HandShake by Team HandShakers : more secure and reliable way of token transfers, Ensured by Mutual Consent

@fabsltsa. Is it allowed. I thought many of the users have commented already on this project so It would be conflicting. Thanks for suggesting this I will update this post only then.

I don’t see what would be the issue with that if you notify that the entry changed hence the comment section current state.

But of course always better to ask @WindsOfChange92 just in case :grin:

@Nahidbanu .Yes the previous project was dead. Now we are up with an new Idea. :v:

Give us some alpha about the other project :smiley:

@fabsltsa . I have updated the post. You can go through it and let us know how you feel about the idea. :slight_smile:

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It’s a good idea. Even for people moving tokens between their own wallets. If they see that they don’t get tx to sign on the recipient one, they can quickly go back to the first wallet and cancel the transaction.

Maybe you could add a small delay between the signature of the first wallet and the transaction arriving on the second wallet. So those users moving funds around have the time to switch wallet. They’ll then see if the transaction is coming to their wallet or not.

Will you have time to push it on mainnet for June?

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@fabsltsa . Thanks for the compliment and going through the post. I think you are the first one :slight_smile: . So there would be time for both the parties to sign the transaction. once both of them have signed then only the transaction will happen otherwise it will be reverted. also if there is a signature mismatch then also it will get reverted. The flow is like the user Initiates the transaction by signing it and then it will be visible to the recipient. after the recipient signed that and allow that he is the receiver and with the specified address then only the sender will send the transaction to the blockchain. also when you are doing a transaction you don’t usually see what you are signing. by leveraging EIP 712 we are able to show that also to the user.
Yes we will be good to go for pushing it to mainnet by June as our smart contract are almost completed and ready to be deployed on testnet for testing.

I was referring to those scammers sending 0.0000001 trx on your account after you make a transfer from a wallet that got the same 3-4 last digits.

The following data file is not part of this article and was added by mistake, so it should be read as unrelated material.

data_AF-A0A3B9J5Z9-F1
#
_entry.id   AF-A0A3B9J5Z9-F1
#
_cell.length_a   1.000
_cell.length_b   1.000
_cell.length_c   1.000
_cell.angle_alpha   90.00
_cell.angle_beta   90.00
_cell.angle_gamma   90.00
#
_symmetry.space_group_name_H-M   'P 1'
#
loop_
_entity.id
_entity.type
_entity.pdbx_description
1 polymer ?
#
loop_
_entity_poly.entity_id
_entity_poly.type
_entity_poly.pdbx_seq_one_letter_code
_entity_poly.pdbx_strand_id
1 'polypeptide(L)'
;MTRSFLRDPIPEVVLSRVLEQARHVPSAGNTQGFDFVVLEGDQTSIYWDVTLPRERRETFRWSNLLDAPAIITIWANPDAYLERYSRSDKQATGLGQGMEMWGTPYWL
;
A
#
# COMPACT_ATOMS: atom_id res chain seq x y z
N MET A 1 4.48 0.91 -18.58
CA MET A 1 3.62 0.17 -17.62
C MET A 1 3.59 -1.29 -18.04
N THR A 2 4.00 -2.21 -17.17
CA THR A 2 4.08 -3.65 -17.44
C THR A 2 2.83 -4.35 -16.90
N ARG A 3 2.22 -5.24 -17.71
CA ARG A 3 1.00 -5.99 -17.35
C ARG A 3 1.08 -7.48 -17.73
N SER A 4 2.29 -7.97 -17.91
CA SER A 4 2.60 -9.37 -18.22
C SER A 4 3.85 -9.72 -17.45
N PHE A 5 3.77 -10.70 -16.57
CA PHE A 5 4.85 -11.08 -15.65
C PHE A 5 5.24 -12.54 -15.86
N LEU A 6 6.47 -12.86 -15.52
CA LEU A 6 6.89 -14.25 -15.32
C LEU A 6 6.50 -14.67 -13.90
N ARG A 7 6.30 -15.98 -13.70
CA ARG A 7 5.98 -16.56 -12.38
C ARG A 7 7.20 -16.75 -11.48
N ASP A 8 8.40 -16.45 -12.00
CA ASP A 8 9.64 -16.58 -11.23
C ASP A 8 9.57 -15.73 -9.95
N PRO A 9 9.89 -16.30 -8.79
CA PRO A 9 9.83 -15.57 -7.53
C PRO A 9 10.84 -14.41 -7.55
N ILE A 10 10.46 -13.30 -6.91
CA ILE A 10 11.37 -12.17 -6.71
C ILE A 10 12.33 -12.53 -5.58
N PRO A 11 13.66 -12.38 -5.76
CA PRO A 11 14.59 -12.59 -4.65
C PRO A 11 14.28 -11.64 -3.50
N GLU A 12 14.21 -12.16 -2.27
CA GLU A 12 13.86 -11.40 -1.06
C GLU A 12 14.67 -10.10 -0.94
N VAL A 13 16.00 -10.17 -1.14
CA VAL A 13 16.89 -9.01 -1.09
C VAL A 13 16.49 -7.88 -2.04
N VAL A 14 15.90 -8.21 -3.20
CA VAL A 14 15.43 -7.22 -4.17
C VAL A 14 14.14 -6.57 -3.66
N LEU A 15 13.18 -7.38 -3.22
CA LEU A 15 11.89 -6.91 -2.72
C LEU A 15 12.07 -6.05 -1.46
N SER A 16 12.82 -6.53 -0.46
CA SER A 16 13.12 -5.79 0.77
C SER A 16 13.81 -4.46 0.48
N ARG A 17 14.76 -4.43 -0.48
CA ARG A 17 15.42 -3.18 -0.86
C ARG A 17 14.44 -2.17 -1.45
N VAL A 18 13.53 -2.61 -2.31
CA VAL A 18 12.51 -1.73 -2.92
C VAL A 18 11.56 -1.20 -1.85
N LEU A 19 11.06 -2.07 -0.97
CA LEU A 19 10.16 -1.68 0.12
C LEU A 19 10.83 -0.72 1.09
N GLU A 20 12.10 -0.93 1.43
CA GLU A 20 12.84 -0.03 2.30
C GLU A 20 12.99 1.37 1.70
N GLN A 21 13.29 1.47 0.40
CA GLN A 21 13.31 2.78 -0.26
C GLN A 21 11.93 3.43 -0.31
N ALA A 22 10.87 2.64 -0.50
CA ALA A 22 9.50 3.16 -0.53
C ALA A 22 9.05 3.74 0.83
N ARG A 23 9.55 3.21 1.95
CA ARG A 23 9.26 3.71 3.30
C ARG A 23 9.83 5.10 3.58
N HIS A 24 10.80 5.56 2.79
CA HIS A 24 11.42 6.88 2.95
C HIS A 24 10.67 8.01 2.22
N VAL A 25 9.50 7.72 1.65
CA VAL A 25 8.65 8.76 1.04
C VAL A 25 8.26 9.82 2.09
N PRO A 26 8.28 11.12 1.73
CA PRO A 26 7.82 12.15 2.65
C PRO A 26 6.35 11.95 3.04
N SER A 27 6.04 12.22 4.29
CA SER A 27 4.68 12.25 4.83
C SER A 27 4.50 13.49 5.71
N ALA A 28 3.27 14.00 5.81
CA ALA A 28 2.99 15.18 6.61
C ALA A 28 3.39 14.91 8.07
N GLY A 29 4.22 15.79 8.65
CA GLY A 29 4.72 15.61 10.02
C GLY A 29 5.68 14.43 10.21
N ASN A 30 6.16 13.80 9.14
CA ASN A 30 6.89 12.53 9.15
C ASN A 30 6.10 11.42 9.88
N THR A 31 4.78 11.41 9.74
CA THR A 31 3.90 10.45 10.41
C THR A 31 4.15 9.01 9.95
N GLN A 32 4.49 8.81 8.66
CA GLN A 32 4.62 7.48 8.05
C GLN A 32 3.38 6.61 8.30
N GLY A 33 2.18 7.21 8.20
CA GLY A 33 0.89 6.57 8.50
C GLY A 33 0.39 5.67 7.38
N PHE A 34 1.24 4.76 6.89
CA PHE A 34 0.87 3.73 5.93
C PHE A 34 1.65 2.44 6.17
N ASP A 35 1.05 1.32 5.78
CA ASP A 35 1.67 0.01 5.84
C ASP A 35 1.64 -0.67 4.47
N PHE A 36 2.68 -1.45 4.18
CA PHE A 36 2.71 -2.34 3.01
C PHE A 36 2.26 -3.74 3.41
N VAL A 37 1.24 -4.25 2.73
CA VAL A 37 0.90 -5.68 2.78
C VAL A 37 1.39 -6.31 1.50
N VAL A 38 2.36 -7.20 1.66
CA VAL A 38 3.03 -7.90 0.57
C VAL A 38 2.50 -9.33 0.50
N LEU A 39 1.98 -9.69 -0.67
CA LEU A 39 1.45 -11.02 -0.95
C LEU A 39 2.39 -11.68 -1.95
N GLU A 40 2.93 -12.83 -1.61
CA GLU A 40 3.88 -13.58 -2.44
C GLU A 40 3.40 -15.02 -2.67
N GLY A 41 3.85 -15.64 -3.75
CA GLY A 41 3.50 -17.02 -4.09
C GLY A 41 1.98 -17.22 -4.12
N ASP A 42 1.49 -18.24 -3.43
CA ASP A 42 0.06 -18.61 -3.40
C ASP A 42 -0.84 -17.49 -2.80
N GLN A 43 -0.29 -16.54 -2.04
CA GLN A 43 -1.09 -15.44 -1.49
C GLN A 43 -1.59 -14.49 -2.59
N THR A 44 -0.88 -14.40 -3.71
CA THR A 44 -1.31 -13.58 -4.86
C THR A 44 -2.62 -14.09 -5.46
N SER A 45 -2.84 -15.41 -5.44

The goal is that next time you want to send fund to your other wallet, you might copy the wrong address and send funds to them.

If you send funds to them, they’ll sign and get those. But if you have let’s say 20-30 minutes to cancel the transaction before the counterparty can sign it, then you can avoid the mistake.

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Maybe it could be an option.

Let’s say you want to buy something and you have to send funds directly, then there is no delay. But could add a button 15 min and a 30 min delay. For those who have time to review the transaction and scare to input a wrong wallet controlled by a malicious actor.

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This is a nice initiative which can save investors from becoming victims of sending funds to wrong addresses but where I’m not comfortable with is in the quoted part where you say that “the sender signs a digital proposal using their private key.” Can you explain further what you mean by that. Thank you


@fabsltsa . Ohh my bad, completely got your point. nice observation. Yes we can keep those delays before it reaches to the receiver to prevent it from such scam however the user will not like that as it takes much time but it’s for their own security. also EIP 712 will help to address the issue. Implementing EIP-712 The details they are signing will be visible but if the scammer is trying to replicate the address with 3-4 last digits same then it would be difficult to identify there as well. Thanks for pointing this out. I think we can add one more feature that analyse the user sending history and find similar address if the scammer tries to replicate the address with last 3-4 digits same or other checks.


Thanks @Youngyuppie . Okay so the sender will sign the encoded function which they will be calling with all the parameters like recipient , amount and token address. then It will be sent to the receiver and after reviewing the details they will do the same. once both of them sign then the sender can trigger the smart contract which will then decode both the signature and verify the same address and same amount are signed by both the sender and receiver. if there is any difference then It would revert the transaction.